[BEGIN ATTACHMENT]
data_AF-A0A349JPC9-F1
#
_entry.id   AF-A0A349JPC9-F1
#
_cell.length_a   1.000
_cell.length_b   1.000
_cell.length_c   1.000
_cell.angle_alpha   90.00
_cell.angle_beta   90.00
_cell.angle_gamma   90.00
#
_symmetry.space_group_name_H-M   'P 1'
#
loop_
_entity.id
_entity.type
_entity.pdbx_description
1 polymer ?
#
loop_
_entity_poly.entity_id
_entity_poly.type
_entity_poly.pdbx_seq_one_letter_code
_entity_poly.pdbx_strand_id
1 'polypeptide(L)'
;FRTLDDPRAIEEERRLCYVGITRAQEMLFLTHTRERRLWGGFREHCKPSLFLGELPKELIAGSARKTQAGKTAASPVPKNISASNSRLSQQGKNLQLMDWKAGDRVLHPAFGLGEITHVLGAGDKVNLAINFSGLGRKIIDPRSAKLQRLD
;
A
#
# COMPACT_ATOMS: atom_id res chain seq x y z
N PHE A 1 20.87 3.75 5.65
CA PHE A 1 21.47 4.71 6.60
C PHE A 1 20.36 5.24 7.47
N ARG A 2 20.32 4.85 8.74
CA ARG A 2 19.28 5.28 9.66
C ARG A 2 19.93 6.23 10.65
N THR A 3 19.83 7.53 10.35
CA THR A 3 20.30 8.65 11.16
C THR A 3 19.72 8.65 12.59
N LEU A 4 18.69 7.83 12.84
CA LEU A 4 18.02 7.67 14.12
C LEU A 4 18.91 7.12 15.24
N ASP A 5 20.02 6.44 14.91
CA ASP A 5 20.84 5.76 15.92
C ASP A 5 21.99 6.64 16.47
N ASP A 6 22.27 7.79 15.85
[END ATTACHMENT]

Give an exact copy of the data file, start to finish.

data_AF-A0A349JPC9-F1
#
_entry.id   AF-A0A349JPC9-F1
#
_cell.length_a   1.000
_cell.length_b   1.000
_cell.length_c   1.000
_cell.angle_alpha   90.00
_cell.angle_beta   90.00
_cell.angle_gamma   90.00
#
_symmetry.space_group_name_H-M   'P 1'
#
loop_
_entity.id
_entity.type
_entity.pdbx_description
1 polymer ?
#
loop_
_entity_poly.entity_id
_entity_poly.type
_entity_poly.pdbx_seq_one_letter_code
_entity_poly.pdbx_strand_id
1 'polypeptide(L)'
;FRTLDDPRAIEEERRLCYVGITRAQEMLFLTHTRERRLWGGFREHCKPSLFLGELPKELIAGSARKTQAGKTAASPVPKNISASNSRLSQQGKNLQLMDWKAGDRVLHPAFGLGEITHVLGAGDKVNLAINFSGLGRKIIDPRSAKLQRLD
;
A
#
# COMPACT_ATOMS: atom_id res chain seq x y z
N PHE A 1 20.87 3.75 5.65
CA PHE A 1 21.47 4.71 6.60
C PHE A 1 20.36 5.24 7.47
N ARG A 2 20.32 4.85 8.74
CA ARG A 2 19.28 5.28 9.66
C ARG A 2 19.93 6.23 10.65
N THR A 3 19.83 7.53 10.35
CA THR A 3 20.30 8.65 11.16
C THR A 3 19.72 8.65 12.59
N LEU A 4 18.69 7.83 12.84
CA LEU A 4 18.02 7.67 14.12
C LEU A 4 18.91 7.12 15.24
N ASP A 5 20.02 6.44 14.91
CA ASP A 5 20.84 5.76 15.92
C ASP A 5 21.99 6.64 16.47
N ASP A 6 22.27 7.79 15.85